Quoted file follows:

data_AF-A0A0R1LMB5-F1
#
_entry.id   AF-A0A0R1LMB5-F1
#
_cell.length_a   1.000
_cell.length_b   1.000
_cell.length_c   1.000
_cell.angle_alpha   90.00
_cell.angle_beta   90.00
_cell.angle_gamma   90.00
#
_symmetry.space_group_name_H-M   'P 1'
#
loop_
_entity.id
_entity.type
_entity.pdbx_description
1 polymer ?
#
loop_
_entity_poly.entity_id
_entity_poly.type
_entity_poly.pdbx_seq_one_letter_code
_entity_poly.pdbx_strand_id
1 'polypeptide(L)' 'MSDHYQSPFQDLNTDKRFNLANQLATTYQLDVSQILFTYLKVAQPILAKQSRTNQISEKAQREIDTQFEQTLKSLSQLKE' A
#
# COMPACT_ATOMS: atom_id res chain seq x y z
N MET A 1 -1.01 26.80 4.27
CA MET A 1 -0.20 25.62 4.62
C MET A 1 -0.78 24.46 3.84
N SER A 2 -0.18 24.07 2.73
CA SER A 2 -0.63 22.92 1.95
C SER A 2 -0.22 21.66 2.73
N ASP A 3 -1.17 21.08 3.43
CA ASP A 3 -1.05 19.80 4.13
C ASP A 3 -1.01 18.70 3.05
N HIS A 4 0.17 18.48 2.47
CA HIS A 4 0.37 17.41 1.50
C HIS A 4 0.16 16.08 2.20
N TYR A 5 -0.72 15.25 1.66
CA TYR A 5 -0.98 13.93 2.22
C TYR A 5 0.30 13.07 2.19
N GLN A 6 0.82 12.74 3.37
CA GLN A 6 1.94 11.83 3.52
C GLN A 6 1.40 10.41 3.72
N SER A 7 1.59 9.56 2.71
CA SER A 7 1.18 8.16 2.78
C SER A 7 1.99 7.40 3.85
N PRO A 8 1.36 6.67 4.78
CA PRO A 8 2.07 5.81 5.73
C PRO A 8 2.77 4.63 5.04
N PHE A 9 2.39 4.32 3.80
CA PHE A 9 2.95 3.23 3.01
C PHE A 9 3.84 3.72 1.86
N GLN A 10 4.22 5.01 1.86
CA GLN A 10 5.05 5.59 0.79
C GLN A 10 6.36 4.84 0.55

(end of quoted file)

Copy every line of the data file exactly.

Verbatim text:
data_AF-A0A0R1LMB5-F1
#
_entry.id   AF-A0A0R1LMB5-F1
#
_cell.length_a   1.000
_cell.length_b   1.000
_cell.length_c   1.000
_cell.angle_alpha   90.00
_cell.angle_beta   90.00
_cell.angle_gamma   90.00
#
_symmetry.space_group_name_H-M   'P 1'
#
loop_
_entity.id
_entity.type
_entity.pdbx_description
1 polymer ?
#
loop_
_entity_poly.entity_id
_entity_poly.type
_entity_poly.pdbx_seq_one_letter_code
_entity_poly.pdbx_strand_id
1 'polypeptide(L)' 'MSDHYQSPFQDLNTDKRFNLANQLATTYQLDVSQILFTYLKVAQPILAKQSRTNQISEKAQREIDTQFEQTLKSLSQLKE' A
#
# COMPACT_ATOMS: atom_id res chain seq x y z
N MET A 1 -1.01 26.80 4.27
CA MET A 1 -0.20 25.62 4.62
C MET A 1 -0.78 24.46 3.84
N SER A 2 -0.18 24.07 2.73
CA SER A 2 -0.63 22.92 1.95
C SER A 2 -0.22 21.66 2.73
N ASP A 3 -1.17 21.08 3.43
CA ASP A 3 -1.05 19.80 4.13
C ASP A 3 -1.01 18.70 3.05
N HIS A 4 0.17 18.48 2.47
CA HIS A 4 0.37 17.41 1.50
C HIS A 4 0.16 16.08 2.20
N TYR A 5 -0.72 15.25 1.66
CA TYR A 5 -0.98 13.93 2.22
C TYR A 5 0.30 13.07 2.19
N GLN A 6 0.82 12.74 3.37
CA GLN A 6 1.94 11.83 3.52
C GLN A 6 1.40 10.41 3.72
N SER A 7 1.59 9.56 2.71
CA SER A 7 1.18 8.16 2.78
C SER A 7 1.99 7.40 3.85
N PRO A 8 1.36 6.67 4.78
CA PRO A 8 2.07 5.81 5.73
C PRO A 8 2.77 4.63 5.04
N PHE A 9 2.39 4.32 3.80
CA PHE A 9 2.95 3.23 3.01
C PHE A 9 3.84 3.72 1.86
N GLN A 10 4.22 5.01 1.86
CA GLN A 10 5.05 5.59 0.79
C GLN A 10 6.36 4.84 0.55